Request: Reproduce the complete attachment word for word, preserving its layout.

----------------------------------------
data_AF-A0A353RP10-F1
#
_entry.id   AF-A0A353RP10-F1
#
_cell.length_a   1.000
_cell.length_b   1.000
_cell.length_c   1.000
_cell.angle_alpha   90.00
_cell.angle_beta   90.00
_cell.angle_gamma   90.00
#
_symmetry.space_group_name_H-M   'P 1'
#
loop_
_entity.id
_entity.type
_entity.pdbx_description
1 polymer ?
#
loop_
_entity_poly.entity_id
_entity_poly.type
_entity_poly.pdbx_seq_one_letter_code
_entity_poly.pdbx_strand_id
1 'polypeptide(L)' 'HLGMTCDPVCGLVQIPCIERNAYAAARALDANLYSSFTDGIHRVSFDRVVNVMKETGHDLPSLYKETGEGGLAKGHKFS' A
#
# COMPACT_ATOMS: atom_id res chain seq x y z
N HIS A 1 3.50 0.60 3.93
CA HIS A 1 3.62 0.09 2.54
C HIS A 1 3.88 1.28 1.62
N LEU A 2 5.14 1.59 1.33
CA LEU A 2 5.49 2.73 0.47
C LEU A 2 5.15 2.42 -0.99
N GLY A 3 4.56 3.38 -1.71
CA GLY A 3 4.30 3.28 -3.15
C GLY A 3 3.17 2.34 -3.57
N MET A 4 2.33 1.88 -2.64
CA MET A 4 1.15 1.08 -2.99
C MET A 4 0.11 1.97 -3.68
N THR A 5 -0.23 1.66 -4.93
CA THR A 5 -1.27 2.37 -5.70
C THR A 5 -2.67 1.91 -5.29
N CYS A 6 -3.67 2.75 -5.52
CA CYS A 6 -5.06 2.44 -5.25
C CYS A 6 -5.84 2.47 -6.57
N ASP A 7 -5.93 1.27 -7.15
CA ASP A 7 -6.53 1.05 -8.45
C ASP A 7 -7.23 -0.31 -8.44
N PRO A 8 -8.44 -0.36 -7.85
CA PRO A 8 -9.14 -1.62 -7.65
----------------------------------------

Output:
data_AF-A0A353RP10-F1
#
_entry.id   AF-A0A353RP10-F1
#
_cell.length_a   1.000
_cell.length_b   1.000
_cell.length_c   1.000
_cell.angle_alpha   90.00
_cell.angle_beta   90.00
_cell.angle_gamma   90.00
#
_symmetry.space_group_name_H-M   'P 1'
#
loop_
_entity.id
_entity.type
_entity.pdbx_description
1 polymer ?
#
loop_
_entity_poly.entity_id
_entity_poly.type
_entity_poly.pdbx_seq_one_letter_code
_entity_poly.pdbx_strand_id
1 'polypeptide(L)' 'HLGMTCDPVCGLVQIPCIERNAYAAARALDANLYSSFTDGIHRVSFDRVVNVMKETGHDLPSLYKETGEGGLAKGHKFS' A
#
# COMPACT_ATOMS: atom_id res chain seq x y z
N HIS A 1 3.50 0.60 3.93
CA HIS A 1 3.62 0.09 2.54
C HIS A 1 3.88 1.28 1.62
N LEU A 2 5.14 1.59 1.33
CA LEU A 2 5.49 2.73 0.47
C LEU A 2 5.15 2.42 -0.99
N GLY A 3 4.56 3.38 -1.71
CA GLY A 3 4.30 3.28 -3.15
C GLY A 3 3.17 2.34 -3.57
N MET A 4 2.33 1.88 -2.64
CA MET A 4 1.15 1.08 -2.99
C MET A 4 0.11 1.97 -3.68
N THR A 5 -0.23 1.66 -4.93
CA THR A 5 -1.27 2.37 -5.70
C THR A 5 -2.67 1.91 -5.29
N CYS A 6 -3.67 2.75 -5.52
CA CYS A 6 -5.06 2.44 -5.25
C CYS A 6 -5.84 2.47 -6.57
N ASP A 7 -5.93 1.27 -7.15
CA ASP A 7 -6.53 1.05 -8.45
C ASP A 7 -7.23 -0.31 -8.44
N PRO A 8 -8.44 -0.36 -7.85
CA PRO A 8 -9.14 -1.62 -7.65